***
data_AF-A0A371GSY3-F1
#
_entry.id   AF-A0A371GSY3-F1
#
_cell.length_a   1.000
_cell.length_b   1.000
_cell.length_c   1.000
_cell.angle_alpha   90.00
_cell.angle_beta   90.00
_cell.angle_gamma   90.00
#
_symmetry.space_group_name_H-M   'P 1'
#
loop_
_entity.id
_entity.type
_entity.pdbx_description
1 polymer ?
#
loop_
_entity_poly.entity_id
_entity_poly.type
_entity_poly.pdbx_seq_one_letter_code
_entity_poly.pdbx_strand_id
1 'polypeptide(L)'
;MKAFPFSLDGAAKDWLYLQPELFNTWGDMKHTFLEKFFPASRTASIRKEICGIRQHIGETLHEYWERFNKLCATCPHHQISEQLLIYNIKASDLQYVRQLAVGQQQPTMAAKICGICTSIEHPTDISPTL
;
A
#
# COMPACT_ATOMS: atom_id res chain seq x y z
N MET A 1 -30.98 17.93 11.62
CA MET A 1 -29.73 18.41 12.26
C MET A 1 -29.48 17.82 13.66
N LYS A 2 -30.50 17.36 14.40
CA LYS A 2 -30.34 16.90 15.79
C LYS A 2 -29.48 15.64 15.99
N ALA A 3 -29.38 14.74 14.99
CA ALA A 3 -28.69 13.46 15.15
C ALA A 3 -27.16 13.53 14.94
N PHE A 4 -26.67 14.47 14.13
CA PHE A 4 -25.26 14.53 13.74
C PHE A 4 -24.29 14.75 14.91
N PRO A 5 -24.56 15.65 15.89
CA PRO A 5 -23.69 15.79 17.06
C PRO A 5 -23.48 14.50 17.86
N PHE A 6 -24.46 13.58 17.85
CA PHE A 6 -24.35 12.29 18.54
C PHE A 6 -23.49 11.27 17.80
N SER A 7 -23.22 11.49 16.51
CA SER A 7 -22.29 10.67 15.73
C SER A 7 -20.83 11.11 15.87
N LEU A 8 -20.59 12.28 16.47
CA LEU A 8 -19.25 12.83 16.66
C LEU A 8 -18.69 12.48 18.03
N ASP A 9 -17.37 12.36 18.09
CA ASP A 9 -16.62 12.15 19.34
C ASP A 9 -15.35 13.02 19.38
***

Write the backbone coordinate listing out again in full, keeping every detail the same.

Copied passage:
data_AF-A0A371GSY3-F1
#
_entry.id   AF-A0A371GSY3-F1
#
_cell.length_a   1.000
_cell.length_b   1.000
_cell.length_c   1.000
_cell.angle_alpha   90.00
_cell.angle_beta   90.00
_cell.angle_gamma   90.00
#
_symmetry.space_group_name_H-M   'P 1'
#
loop_
_entity.id
_entity.type
_entity.pdbx_description
1 polymer ?
#
loop_
_entity_poly.entity_id
_entity_poly.type
_entity_poly.pdbx_seq_one_letter_code
_entity_poly.pdbx_strand_id
1 'polypeptide(L)'
;MKAFPFSLDGAAKDWLYLQPELFNTWGDMKHTFLEKFFPASRTASIRKEICGIRQHIGETLHEYWERFNKLCATCPHHQISEQLLIYNIKASDLQYVRQLAVGQQQPTMAAKICGICTSIEHPTDISPTL
;
A
#
# COMPACT_ATOMS: atom_id res chain seq x y z
N MET A 1 -30.98 17.93 11.62
CA MET A 1 -29.73 18.41 12.26
C MET A 1 -29.48 17.82 13.66
N LYS A 2 -30.50 17.36 14.40
CA LYS A 2 -30.34 16.90 15.79
C LYS A 2 -29.48 15.64 15.99
N ALA A 3 -29.38 14.74 14.99
CA ALA A 3 -28.69 13.46 15.15
C ALA A 3 -27.16 13.53 14.94
N PHE A 4 -26.67 14.47 14.13
CA PHE A 4 -25.26 14.53 13.74
C PHE A 4 -24.29 14.75 14.91
N PRO A 5 -24.56 15.65 15.89
CA PRO A 5 -23.69 15.79 17.06
C PRO A 5 -23.48 14.50 17.86
N PHE A 6 -24.46 13.58 17.85
CA PHE A 6 -24.35 12.29 18.54
C PHE A 6 -23.49 11.27 17.80
N SER A 7 -23.22 11.49 16.51
CA SER A 7 -22.29 10.67 15.73
C SER A 7 -20.83 11.11 15.87
N LEU A 8 -20.59 12.28 16.47
CA LEU A 8 -19.25 12.83 16.66
C LEU A 8 -18.69 12.48 18.03
N ASP A 9 -17.37 12.36 18.09
CA ASP A 9 -16.62 12.15 19.34
C ASP A 9 -15.35 13.02 19.38